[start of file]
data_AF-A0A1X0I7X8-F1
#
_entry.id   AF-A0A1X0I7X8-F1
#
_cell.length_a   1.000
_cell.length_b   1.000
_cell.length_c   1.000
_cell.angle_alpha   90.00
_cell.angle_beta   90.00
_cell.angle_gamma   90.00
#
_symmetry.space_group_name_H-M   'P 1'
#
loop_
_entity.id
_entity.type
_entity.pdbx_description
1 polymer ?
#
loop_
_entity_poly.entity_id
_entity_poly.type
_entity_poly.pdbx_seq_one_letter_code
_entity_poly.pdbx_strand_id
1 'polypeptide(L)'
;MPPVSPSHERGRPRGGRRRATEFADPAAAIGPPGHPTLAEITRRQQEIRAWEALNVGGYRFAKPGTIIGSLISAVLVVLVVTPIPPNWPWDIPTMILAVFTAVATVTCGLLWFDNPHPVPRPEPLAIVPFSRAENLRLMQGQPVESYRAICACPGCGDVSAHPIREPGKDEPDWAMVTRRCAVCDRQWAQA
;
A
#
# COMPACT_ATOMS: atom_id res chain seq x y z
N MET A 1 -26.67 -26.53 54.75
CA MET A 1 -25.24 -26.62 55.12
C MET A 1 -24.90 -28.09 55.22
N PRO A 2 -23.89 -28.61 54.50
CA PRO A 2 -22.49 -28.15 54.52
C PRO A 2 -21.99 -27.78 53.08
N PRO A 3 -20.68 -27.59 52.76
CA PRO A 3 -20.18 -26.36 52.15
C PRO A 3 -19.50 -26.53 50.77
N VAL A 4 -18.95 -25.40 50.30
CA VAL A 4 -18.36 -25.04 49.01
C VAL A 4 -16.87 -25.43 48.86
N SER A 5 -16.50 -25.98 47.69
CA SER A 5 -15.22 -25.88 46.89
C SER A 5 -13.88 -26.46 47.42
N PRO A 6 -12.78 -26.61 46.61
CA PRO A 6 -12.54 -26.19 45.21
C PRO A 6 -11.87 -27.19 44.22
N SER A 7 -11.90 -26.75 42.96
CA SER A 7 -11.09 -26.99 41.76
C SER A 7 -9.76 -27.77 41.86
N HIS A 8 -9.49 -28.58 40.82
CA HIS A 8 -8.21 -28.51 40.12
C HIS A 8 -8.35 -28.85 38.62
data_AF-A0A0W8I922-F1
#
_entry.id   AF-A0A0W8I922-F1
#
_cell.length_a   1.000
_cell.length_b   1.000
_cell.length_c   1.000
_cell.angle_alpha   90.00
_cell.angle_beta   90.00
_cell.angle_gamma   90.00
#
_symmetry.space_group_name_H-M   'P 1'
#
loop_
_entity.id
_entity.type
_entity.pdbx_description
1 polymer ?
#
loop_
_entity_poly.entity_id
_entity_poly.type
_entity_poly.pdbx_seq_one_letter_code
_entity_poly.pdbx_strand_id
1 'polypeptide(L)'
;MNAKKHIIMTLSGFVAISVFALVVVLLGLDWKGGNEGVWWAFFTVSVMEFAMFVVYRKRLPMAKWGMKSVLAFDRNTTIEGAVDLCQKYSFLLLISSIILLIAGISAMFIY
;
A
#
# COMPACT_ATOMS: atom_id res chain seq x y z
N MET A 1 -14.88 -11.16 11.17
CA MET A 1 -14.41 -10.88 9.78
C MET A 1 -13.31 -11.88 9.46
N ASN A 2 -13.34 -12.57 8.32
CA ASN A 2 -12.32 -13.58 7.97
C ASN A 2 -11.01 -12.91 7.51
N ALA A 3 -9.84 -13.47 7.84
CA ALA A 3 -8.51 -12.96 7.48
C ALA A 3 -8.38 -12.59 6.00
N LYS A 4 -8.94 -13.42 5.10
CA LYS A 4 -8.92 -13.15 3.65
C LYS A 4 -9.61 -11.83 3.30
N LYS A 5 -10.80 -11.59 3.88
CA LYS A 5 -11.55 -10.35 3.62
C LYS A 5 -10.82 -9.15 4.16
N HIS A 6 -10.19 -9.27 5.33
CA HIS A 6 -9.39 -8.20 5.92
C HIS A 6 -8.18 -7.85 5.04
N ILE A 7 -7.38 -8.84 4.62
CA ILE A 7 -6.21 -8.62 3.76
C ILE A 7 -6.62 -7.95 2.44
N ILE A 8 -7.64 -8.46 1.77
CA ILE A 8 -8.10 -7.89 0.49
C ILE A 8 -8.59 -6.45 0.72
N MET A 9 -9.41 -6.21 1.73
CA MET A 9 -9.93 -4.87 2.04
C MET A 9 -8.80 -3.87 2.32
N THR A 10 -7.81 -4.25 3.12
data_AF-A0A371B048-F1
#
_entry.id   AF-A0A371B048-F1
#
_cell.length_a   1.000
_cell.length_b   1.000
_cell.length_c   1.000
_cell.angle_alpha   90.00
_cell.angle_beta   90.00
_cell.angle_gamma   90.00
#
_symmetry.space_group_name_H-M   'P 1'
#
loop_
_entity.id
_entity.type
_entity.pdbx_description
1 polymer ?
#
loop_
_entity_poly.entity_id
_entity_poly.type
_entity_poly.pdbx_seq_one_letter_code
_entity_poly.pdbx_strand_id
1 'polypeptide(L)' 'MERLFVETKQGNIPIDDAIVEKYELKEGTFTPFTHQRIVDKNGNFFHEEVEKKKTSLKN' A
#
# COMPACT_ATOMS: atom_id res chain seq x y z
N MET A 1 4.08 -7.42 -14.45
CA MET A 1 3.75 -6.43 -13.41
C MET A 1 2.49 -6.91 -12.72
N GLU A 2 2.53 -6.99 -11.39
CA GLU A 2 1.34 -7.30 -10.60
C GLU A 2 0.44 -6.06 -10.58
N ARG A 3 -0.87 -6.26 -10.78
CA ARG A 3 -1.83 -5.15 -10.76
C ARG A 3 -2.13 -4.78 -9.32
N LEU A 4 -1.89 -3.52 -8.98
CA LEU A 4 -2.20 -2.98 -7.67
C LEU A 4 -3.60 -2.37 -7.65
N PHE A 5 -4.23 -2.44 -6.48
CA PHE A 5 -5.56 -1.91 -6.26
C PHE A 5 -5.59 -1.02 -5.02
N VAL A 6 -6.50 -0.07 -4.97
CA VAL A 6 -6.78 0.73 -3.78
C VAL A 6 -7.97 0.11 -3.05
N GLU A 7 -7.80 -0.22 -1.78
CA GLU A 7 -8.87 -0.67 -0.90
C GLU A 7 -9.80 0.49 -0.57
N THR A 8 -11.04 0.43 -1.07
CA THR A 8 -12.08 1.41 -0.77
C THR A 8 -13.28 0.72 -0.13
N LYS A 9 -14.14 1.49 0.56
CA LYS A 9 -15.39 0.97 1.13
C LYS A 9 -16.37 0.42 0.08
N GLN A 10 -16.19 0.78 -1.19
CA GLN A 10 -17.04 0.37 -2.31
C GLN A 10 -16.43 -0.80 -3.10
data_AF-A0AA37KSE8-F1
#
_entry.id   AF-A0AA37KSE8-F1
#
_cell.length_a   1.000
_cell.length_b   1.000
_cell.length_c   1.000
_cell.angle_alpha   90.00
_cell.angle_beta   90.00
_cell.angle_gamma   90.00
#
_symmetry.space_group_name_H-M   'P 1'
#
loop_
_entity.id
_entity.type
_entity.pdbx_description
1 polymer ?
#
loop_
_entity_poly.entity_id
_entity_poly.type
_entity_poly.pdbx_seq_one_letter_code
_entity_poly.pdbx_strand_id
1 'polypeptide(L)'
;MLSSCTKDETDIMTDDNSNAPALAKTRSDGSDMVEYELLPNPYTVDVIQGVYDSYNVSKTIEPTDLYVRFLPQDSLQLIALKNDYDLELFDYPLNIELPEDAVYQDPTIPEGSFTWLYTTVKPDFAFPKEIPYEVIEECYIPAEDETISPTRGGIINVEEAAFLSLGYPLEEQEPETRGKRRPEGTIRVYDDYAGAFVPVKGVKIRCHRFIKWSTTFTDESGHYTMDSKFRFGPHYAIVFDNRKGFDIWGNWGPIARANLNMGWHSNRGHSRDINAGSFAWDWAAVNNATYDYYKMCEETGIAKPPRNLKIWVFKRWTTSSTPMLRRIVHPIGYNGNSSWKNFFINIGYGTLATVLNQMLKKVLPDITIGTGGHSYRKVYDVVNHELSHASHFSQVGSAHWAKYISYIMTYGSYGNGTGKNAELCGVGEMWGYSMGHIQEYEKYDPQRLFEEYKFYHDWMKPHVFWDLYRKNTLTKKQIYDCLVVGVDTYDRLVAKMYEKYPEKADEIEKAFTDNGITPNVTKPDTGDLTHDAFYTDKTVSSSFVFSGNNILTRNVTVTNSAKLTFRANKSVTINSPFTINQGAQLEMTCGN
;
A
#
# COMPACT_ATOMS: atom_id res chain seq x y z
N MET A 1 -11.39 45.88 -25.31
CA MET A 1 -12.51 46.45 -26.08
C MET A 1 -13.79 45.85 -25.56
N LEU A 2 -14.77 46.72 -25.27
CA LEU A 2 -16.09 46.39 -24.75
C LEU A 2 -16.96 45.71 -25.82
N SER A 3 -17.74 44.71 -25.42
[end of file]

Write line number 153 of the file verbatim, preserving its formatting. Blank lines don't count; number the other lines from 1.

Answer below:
CA PHE A 5 -5.56 -1.91 -6.26